, Muskogee, OK

February 26, 2013

‘The Dinner’ juicy, disturbing

By Melony Carey
Food by the Book

— Herman Koch’s dark social satire, “The Dinner” (Hogarth, 2012), can be gulped down all in one sitting. On the exterior it seems like a modern Dutch commentary on the lengths to which today’s parents will go to keep their children from taking responsibility for their actions. A few chapters in and it becomes much more terrifying than enabling parents, liberal society, or the lives of bourgeois Dutch politicians.

Paul Lohman, who relates the story in Koch’s five course novel, is not just an unreliable narrator, he is a well-educated psychopath. When he is thinking right, Paul has some cogent things to say about family dynamics, society, wealth and the common man.

Paul, his wife Claire, and their 15-year-old son seem like the epitome of a happy family. In fact, Paul’s favorite quote is Tolstoy’s opening line of Anna Karenina, “Happy families are all alike; every unhappy family is unhappy in its own way.”

The story unfolds at a posh restaurant over dinner as Paul and Claire join Paul’s brother Serge, who is about to declare his candidacy for Prime Minister, and his wife, Babette. Serge has something he wants to discuss with the family. From the aperitif through the digestif, the couples slowly unravel the horrific actions of their 15-year-old sons, Michel and Rick, who have killed a homeless person sleeping in an ATM. A YouTube video posted in an extortion attempt by Serge and Babette’s adopted son, an orphan from Burkina Faso, helps cook up a shocking conclusion.

Koch is a well-known television comedian in Holland, appearing on shows that poke fun at the government and Dutch society. As disturbing as “The Dinner” is, it would provide book clubs with some juicy topics into which to sink their teeth. Sink your teeth into this dinner menu based on Serge and Babette’s main courses in the novel.

Armored Chicken

At the dinner Serge has “filet of guinea fowl wrapped in paper-thin sliced German bacon.” This chicken dish cooked up by a friend more than 30 years ago is a great substitute.

4 chicken breasts, rinsed and patted dry

1 jar Armor dried beef, rinsed

1 can cream of mushroom soup

1 cup sour cream

4 slices bacon

Preheat oven to 300 degrees. Line a shallow baking dish with dried beef. Mix sour cream and mushroom soup together and pour over dried beef. Wrap a slice of bacon around each chicken breast and place on top of soup mixture. Bake for 2 1/2 to 3 hours until chicken is tender. Serve with mashed potatoes on the side.


of Beef


4 slices, country-style bread

Olive oil

Salt and pepper

Preheat oven to 400 degrees. Place bread on a work surface and using a 3 inch cookie cutter. Cut a round crouton from the center of each slice of bread. Brush both sides of the croutons with olive oil and season with salt and pepper, to taste. Place the croutons on a baking sheet and bake for 5 to 7 minutes or until lightly golden brown.

Tournedos and Sauce:

2 tablespoons olive oil

1 tablespoon unsalted butter

4 beef fillet steaks, about 6 ounces

Salt and coarsely ground black pepper

1 pound shitake mushrooms, cleaned and quartered

2 shallots, finely diced

1 cup red wine

1 cup beef broth

2 tablespoons Dijon mustard

2 tablespoons cold unsalted butter

Heat olive oil and butter in a large skillet over high heat. Season the fillets with salt and press the coarsely cracked black pepper onto 1 side of each fillet. Place the fillets pepper-side down into the skillet and sear until golden brown, turn the fillets over and continue cooking for 4 to 5 minutes for medium-rare doneness. Remove the steaks to a plate. Remove all but 3 tablespoons of the fat in the pan and return to high heat. Add the mushrooms and cook until golden brown and their liquid has evaporated. Add the shallots and cook until soft. Add the red wine and reduce by half. Add the broth and cook until reduced by half. Whisk in the mustard and butter and cook for 30 seconds. Season with salt and pepper, to taste. Place each fillet on top of a crouton and spoon some of the sauce over. Source: Bobby Flay,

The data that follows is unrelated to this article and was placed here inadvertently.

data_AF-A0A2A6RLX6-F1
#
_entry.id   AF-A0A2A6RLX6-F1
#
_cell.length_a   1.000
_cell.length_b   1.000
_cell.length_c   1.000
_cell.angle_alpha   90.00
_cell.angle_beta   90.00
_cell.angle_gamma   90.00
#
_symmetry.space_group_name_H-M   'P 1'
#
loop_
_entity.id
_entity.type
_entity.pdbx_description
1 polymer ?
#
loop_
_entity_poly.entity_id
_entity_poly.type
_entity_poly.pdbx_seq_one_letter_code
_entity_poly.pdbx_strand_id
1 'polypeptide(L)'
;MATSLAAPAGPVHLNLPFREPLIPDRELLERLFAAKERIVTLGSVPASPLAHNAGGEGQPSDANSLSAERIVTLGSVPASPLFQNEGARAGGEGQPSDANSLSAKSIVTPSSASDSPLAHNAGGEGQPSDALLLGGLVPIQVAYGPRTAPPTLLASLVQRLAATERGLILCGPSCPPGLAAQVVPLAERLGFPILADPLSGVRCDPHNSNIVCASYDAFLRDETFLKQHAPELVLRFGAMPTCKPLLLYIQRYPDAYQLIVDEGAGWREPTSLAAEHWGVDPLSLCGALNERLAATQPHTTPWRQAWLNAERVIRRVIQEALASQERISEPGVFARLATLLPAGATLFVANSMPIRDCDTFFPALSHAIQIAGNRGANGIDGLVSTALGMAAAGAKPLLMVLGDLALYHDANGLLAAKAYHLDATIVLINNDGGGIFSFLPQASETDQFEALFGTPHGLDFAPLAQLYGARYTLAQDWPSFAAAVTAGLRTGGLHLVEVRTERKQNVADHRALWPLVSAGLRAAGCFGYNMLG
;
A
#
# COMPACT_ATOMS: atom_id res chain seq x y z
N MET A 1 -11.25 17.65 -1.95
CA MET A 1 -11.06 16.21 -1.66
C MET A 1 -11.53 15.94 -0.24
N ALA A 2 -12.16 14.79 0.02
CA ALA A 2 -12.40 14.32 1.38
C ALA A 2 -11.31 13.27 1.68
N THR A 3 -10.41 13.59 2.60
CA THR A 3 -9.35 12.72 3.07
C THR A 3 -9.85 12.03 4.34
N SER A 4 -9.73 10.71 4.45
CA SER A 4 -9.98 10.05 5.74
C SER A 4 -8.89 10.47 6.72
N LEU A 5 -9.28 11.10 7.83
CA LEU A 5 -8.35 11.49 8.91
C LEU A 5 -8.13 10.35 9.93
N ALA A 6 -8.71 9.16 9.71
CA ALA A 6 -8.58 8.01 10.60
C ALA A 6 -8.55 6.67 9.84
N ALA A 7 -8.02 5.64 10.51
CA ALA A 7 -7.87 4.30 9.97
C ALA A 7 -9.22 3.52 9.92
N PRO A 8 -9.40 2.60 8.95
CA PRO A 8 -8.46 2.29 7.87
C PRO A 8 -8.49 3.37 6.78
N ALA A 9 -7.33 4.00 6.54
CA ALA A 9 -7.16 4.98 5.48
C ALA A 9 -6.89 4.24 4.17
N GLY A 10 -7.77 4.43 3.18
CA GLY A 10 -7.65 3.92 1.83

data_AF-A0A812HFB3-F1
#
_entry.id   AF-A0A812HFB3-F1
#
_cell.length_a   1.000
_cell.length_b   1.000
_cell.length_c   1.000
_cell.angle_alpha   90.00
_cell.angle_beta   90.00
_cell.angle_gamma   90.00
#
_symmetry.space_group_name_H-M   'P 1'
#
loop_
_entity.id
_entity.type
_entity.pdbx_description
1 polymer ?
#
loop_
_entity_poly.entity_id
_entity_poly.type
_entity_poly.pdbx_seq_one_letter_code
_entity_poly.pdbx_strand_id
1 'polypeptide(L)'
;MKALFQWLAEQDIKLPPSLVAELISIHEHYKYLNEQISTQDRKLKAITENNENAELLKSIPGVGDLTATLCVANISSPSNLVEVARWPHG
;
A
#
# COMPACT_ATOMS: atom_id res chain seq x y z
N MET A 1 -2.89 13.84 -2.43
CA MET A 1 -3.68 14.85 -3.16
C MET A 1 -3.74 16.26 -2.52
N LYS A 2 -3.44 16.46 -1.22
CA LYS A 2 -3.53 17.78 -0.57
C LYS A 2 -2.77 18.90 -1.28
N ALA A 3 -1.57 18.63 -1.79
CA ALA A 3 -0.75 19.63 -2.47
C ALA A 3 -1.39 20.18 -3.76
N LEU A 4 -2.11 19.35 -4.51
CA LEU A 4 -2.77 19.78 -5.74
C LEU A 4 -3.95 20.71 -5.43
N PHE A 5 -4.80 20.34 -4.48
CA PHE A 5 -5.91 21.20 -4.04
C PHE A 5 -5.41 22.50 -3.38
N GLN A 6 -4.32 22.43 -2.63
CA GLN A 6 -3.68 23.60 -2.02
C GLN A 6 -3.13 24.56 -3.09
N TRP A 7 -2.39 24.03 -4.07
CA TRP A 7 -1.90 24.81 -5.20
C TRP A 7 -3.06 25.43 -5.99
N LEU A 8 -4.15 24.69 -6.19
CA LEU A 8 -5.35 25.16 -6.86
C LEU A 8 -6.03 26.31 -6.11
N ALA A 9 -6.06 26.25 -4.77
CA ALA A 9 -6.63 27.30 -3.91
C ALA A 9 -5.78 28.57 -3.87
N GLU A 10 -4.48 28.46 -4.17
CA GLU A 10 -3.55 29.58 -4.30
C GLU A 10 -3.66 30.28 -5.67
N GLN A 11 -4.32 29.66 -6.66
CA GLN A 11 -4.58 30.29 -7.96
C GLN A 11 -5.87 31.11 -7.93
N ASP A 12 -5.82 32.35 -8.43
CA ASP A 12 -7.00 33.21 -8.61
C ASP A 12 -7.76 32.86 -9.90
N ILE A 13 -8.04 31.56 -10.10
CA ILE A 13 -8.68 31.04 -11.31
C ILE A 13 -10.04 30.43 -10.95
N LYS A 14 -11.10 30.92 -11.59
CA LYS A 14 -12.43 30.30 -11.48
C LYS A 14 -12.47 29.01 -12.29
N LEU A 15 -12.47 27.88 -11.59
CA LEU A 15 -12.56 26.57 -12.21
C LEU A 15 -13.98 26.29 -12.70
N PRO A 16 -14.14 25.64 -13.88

Haricots Verts

1 pound fresh or frozen haricots verts (French green beans), trimmed

1/4 cup (1/2 stick) unsalted butter

1 shallot, chopped

3 cloves garlic, minced

Salt to taste

Freshly ground white pepper to taste

If you are using fresh haricots verts, cook in a pot of boiling water for 2-3 minutes; shock in ice-cold water, drain and set aside. If using frozen, thaw and drain.

In a large sauté pan over medium heat, melt the butter until bubbling but not browned. Add the shallot and garlic, and sauté until softened, about 30 seconds. Add the beans and toss a couple of times. Add the salt and pepper and continue to sauté until all is hot throughout, approximately 2 minutes. Serve immediately.

Dame Blanche

From Holland’s neighbor Belgium comes La Dame Blanche, better known as the hot fudge sundae.

1 3/4 cups heavy cream

3/4 cup brown sugar

1/4 cup butter, cut into small pieces

2 3/4 cups semisweet chocolate chips

1/8 teaspoon sea salt

1 teaspoon vanilla extract

In a heavy bottomed saucepan over low heat, bring the cream just to a boil then add the brown sugar and stir just until it dissolves. Add small pieces of butter until mix until completely melted then stir in the chocolate chips. Wait 3 to 5 minutes so that chocolate is very soft before folding it in with a spatula. Stir in the salt and vanilla extract and blend until well incorporated. Let cool for 15 minutes; it will thicken as it cools. Serve over 3 scoops of vanilla ice cream and top with whipped cream.

Source: Paula Deen at